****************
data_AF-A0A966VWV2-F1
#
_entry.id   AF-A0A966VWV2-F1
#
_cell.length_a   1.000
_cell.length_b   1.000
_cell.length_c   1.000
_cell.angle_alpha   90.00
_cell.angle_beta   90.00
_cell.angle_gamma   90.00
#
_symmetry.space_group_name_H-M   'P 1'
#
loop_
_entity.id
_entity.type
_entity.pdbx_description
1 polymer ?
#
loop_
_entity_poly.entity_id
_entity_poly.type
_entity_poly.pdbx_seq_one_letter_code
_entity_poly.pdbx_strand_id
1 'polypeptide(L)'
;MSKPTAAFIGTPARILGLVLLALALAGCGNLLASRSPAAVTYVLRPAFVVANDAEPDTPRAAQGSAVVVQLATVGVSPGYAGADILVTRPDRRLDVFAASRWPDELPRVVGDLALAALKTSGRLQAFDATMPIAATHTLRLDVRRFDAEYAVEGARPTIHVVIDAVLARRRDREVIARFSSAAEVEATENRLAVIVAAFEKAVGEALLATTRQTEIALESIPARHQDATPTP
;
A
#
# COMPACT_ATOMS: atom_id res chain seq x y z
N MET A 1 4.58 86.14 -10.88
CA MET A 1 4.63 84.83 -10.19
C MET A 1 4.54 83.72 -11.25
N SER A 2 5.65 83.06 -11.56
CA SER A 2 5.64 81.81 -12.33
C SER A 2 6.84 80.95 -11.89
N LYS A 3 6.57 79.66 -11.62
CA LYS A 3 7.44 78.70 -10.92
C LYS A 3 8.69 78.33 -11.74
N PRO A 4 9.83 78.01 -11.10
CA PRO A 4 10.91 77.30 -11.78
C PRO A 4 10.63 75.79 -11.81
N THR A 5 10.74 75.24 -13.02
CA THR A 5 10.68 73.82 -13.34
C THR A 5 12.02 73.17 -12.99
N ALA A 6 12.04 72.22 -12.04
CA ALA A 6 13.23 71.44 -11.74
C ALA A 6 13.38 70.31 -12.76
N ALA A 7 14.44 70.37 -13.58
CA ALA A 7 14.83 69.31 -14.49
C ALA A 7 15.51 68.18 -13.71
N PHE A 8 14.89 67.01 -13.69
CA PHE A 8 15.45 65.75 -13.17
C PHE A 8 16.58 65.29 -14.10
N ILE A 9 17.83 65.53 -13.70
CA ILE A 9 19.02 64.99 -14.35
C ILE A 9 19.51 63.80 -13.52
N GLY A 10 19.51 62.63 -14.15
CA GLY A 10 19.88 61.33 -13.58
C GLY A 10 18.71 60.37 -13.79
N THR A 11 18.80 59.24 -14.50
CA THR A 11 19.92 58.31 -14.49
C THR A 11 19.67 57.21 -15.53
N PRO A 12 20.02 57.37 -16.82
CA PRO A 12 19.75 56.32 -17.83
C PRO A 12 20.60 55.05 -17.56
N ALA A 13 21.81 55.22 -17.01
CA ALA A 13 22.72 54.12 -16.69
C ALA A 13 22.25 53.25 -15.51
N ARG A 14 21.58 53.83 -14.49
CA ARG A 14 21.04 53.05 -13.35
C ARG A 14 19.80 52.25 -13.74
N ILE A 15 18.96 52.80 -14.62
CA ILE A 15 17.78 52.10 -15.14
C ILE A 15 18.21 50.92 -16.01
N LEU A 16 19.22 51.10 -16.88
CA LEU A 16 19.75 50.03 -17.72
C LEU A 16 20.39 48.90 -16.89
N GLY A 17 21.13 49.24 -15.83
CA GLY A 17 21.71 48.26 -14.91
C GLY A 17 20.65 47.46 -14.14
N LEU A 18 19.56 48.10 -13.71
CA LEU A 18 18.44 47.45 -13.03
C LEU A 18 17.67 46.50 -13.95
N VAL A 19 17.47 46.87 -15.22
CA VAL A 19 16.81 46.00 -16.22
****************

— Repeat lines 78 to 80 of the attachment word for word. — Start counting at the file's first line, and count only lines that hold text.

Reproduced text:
C LEU A 16 20.39 48.90 -16.89
N GLY A 17 21.13 49.24 -15.83
CA GLY A 17 21.71 48.26 -14.91